The following article is from The Annals of Improbable Research.
by Charles Seim
El Cerrito, California
[Editor’s note: This was written in February 2007, a few days after Charles Seim gave his first public lecture about Stress Analysis of a Strapless Evening Gown.]
I wrote “Stress Analysis of a Strapless Evening Gown” in my senior year in Civil Engineering at the University of California, Berkeley. At the time I was the Associate Editor of the Cal Engineer, a monthly magazine produced by students in the College of Engineering.
The editor of the Cal Engineer had seen a short article in an engineering magazine from another university on the topic and he showed it to me, asking if I could write a better essay. I replied, “Sure I can!”
I spent many more hours developing the engineering (it is a legitimate analysis) and writing the article than I ever dreamed it would take; the writing of the article definitely cut into my homework time (engineering students at that time were given 4 to 5 hours of homework every night!).
When the Cal Engineer published my essay, that issue sold out immediately! The essay was the talk of the engineering campus, and every one seemed to appreciate and enjoy the article.
During the time I was writing, I kept wondering if the article was too risqué. By today’s standards, it is merely “lukewarm” and doesn’t even come close to being “risqué.” How times have changed in 55 years!
Technical drawings from a 1950 patent for a strapless evening gown.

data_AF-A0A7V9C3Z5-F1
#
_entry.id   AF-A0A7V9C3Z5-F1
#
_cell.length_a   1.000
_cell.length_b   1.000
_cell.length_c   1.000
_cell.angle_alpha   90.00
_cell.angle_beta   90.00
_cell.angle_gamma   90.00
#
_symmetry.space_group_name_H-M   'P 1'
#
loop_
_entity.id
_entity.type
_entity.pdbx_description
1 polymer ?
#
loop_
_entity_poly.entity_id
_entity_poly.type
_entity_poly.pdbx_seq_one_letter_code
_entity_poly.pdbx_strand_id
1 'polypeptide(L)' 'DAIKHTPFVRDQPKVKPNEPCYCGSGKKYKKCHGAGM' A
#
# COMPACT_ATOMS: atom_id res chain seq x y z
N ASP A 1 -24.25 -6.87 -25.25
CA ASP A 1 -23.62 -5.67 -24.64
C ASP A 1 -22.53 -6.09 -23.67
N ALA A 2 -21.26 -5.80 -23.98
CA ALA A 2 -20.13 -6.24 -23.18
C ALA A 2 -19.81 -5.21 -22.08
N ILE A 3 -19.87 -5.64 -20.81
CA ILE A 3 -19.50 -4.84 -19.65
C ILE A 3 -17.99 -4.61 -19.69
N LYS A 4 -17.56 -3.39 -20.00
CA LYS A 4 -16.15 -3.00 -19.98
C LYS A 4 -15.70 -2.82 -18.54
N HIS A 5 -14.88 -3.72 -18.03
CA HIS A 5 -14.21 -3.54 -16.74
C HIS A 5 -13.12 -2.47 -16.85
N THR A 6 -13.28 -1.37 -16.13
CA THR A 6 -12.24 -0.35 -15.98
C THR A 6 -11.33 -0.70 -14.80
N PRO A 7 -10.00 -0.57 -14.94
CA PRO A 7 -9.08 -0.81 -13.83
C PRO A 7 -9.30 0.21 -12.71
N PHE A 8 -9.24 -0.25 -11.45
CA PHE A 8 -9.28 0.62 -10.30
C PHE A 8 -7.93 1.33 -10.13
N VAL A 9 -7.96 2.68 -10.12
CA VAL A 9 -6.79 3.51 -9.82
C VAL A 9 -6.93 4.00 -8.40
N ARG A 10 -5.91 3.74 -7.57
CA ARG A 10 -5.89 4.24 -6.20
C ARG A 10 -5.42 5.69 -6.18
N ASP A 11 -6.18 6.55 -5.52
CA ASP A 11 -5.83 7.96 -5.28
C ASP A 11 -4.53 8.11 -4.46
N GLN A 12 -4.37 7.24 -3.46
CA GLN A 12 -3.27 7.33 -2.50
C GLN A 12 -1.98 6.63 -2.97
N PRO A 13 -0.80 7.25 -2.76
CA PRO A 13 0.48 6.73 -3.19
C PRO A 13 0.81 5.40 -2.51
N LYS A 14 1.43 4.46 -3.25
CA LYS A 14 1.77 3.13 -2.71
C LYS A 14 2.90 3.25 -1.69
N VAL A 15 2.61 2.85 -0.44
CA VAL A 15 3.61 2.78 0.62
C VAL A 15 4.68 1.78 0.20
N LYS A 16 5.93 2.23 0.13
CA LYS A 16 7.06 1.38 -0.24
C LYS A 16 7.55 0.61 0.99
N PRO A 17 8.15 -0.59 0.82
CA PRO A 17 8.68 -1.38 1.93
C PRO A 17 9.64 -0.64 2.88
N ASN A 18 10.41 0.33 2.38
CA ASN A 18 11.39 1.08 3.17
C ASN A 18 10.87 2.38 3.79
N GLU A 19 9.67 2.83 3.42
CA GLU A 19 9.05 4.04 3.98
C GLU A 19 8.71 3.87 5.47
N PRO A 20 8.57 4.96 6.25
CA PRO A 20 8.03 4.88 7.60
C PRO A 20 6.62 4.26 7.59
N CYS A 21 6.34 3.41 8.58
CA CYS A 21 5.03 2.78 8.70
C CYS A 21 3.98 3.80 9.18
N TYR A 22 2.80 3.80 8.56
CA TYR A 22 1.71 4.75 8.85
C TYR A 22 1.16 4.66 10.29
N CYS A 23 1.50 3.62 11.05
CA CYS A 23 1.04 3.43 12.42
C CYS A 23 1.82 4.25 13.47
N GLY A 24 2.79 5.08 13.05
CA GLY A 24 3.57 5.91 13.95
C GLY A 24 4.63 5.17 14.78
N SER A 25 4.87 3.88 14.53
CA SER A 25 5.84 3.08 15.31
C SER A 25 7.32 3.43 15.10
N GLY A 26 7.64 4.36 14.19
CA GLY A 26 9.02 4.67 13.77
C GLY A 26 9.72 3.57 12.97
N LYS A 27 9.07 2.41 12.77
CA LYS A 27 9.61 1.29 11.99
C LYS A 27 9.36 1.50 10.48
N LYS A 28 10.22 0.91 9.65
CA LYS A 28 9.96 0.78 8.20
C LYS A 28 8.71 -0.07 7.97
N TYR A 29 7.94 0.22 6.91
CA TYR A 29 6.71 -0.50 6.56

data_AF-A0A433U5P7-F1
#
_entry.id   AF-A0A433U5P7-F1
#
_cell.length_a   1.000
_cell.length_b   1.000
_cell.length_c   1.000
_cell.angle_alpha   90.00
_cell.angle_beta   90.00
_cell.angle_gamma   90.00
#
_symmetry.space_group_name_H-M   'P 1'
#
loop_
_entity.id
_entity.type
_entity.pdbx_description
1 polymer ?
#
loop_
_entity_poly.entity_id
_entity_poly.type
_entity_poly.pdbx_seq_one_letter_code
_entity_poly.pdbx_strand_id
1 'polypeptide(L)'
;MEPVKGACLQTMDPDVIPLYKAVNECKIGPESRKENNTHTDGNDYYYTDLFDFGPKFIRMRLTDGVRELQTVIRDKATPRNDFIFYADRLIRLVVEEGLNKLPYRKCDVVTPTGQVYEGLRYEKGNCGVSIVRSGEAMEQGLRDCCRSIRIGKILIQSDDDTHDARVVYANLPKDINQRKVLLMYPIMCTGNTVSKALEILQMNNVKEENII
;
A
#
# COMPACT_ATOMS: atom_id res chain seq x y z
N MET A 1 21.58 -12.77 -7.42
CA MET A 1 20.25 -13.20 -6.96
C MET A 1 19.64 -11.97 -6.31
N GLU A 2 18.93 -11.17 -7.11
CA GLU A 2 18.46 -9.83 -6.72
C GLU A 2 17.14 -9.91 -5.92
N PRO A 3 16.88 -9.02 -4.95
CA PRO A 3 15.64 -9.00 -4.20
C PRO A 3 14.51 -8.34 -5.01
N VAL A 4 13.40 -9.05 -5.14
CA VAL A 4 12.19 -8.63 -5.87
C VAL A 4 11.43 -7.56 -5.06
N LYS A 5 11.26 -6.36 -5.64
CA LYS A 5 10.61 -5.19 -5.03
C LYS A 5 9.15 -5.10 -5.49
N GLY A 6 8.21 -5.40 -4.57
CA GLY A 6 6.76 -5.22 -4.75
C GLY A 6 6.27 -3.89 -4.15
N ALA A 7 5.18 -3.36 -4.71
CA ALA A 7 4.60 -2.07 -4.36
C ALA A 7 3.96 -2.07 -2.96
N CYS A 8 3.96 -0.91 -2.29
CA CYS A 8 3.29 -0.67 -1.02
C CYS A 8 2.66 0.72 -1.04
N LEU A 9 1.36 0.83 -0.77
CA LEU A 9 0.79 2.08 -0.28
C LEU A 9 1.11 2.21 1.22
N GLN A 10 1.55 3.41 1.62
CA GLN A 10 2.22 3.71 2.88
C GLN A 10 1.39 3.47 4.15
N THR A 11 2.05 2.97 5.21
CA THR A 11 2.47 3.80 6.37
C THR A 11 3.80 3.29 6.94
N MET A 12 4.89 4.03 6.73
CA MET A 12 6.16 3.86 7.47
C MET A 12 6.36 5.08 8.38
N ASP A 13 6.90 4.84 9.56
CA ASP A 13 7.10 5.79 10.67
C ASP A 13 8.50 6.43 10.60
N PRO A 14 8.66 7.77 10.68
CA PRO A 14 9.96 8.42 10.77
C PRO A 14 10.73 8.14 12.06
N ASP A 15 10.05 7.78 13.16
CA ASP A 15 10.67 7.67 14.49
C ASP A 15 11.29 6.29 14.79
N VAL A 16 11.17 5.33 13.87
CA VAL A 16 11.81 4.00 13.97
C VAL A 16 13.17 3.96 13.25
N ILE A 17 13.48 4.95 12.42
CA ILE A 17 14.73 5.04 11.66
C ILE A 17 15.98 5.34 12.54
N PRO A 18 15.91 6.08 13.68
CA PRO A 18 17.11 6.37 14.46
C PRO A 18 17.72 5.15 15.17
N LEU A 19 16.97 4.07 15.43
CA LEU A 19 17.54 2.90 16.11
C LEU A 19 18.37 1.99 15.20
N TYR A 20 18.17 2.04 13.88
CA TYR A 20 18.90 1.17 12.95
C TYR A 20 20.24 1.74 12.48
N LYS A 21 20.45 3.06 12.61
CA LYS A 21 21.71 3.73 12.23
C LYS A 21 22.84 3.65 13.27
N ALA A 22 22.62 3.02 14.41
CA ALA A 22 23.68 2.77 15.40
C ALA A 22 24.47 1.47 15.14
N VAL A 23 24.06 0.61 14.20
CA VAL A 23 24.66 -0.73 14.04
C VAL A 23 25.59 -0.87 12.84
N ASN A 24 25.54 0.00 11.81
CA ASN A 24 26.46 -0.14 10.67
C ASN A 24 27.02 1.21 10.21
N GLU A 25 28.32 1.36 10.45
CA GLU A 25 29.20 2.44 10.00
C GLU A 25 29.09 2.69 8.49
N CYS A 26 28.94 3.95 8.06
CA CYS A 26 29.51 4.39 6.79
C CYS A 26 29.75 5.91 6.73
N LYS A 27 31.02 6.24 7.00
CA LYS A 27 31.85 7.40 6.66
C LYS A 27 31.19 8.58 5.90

A Stressed Analyst of a Strapless Evening Gown
Near the close of my senior year, I was feeling very cocky. I had made it all the way through my other exams and through all the homework, so (I thought) I must know every thing about Engineering! Besides, I had even written a successfully-received story about the lack of straps on a garment!
In the next to last meeting of my four-hour long, weekly Statics of Structures class, the professor told the class to be sure to bring slide rules to the last class because he was going to give us one last exam. I thought he was joking—give one more test on the last day of our last class as an undergraduate!
But I took my slide rule to that last class, just in case. My jaw dropped a foot when the professor walked into the room carrying a stack of papers that could only be—another test! So he hadn’t been joking, after all!
I was sitting by a window that overlooked the campanile (a phallic symbol standing at the center of the campus). The campanile had a large clock on each of its four faces and I could see one face very clearly from my perch on the second floor. (Image credit: Znode)
The professor passed out the test and stated in a very serious tone that he believed no Senior Engineering student should graduate from the Berkeley campus without a thorough understanding of the theory of the Statics of Structures—and he obviously meant exactly that!